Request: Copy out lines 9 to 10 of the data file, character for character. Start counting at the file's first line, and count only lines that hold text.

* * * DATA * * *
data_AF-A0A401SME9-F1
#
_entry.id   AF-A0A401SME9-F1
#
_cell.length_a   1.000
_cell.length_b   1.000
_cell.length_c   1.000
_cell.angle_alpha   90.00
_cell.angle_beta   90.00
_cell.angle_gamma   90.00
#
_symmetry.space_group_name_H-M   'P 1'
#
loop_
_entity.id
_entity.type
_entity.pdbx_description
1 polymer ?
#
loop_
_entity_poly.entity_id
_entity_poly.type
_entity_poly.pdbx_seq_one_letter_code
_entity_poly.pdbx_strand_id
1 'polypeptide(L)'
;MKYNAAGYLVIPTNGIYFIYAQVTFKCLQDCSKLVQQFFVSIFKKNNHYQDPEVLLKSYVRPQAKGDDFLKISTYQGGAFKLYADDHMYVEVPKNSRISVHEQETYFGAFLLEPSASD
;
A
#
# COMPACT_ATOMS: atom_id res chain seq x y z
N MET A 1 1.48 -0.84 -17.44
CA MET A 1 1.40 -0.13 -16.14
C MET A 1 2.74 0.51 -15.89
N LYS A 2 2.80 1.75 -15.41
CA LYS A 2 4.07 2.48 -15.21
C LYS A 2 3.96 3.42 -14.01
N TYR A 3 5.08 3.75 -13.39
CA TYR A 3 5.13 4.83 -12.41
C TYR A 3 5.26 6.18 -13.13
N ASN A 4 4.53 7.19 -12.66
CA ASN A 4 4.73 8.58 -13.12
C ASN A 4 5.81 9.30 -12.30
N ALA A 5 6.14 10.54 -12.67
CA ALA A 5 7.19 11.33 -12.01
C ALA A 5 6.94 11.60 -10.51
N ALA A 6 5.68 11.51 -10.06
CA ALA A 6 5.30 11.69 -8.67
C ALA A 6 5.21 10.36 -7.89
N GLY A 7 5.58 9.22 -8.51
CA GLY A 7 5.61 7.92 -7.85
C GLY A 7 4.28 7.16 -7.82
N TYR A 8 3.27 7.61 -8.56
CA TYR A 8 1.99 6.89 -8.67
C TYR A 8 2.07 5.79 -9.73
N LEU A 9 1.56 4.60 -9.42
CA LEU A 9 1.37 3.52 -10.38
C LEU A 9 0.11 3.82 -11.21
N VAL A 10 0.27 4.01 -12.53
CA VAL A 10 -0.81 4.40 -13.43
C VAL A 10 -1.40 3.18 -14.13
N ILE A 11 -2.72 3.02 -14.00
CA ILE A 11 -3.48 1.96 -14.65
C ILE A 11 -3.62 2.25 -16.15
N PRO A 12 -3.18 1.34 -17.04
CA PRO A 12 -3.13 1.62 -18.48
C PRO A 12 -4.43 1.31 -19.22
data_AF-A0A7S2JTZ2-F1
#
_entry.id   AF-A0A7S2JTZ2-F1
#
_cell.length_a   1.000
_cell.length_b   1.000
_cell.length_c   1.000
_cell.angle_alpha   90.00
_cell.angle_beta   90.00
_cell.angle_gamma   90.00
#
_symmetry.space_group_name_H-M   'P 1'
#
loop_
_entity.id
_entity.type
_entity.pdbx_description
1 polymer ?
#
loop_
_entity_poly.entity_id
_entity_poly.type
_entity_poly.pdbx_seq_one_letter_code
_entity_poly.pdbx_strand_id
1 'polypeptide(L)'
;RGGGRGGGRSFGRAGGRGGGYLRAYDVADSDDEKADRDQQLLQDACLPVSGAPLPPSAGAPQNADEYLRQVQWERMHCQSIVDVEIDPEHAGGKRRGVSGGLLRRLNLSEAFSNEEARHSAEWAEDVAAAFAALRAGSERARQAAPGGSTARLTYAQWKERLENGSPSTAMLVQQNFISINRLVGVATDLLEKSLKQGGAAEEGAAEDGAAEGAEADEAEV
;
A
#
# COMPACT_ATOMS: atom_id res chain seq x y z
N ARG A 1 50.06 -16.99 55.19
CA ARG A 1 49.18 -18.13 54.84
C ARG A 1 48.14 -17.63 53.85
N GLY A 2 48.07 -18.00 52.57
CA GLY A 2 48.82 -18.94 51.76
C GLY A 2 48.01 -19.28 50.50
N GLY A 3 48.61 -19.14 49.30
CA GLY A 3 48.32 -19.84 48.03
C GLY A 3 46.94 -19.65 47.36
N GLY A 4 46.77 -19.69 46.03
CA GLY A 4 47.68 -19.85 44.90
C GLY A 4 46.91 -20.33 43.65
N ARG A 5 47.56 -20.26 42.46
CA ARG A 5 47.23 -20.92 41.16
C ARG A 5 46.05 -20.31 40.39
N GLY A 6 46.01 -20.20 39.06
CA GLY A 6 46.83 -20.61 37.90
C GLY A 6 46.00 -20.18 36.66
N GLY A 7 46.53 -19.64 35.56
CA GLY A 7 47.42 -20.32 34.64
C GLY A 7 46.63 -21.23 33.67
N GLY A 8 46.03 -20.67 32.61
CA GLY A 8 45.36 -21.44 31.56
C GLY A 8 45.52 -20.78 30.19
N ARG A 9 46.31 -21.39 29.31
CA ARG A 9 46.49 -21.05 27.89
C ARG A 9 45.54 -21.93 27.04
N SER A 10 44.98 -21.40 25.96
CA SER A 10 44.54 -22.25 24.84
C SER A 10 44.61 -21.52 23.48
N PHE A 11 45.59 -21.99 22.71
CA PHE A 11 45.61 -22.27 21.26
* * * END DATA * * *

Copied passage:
_cell.angle_beta   90.00
_cell.angle_gamma   90.00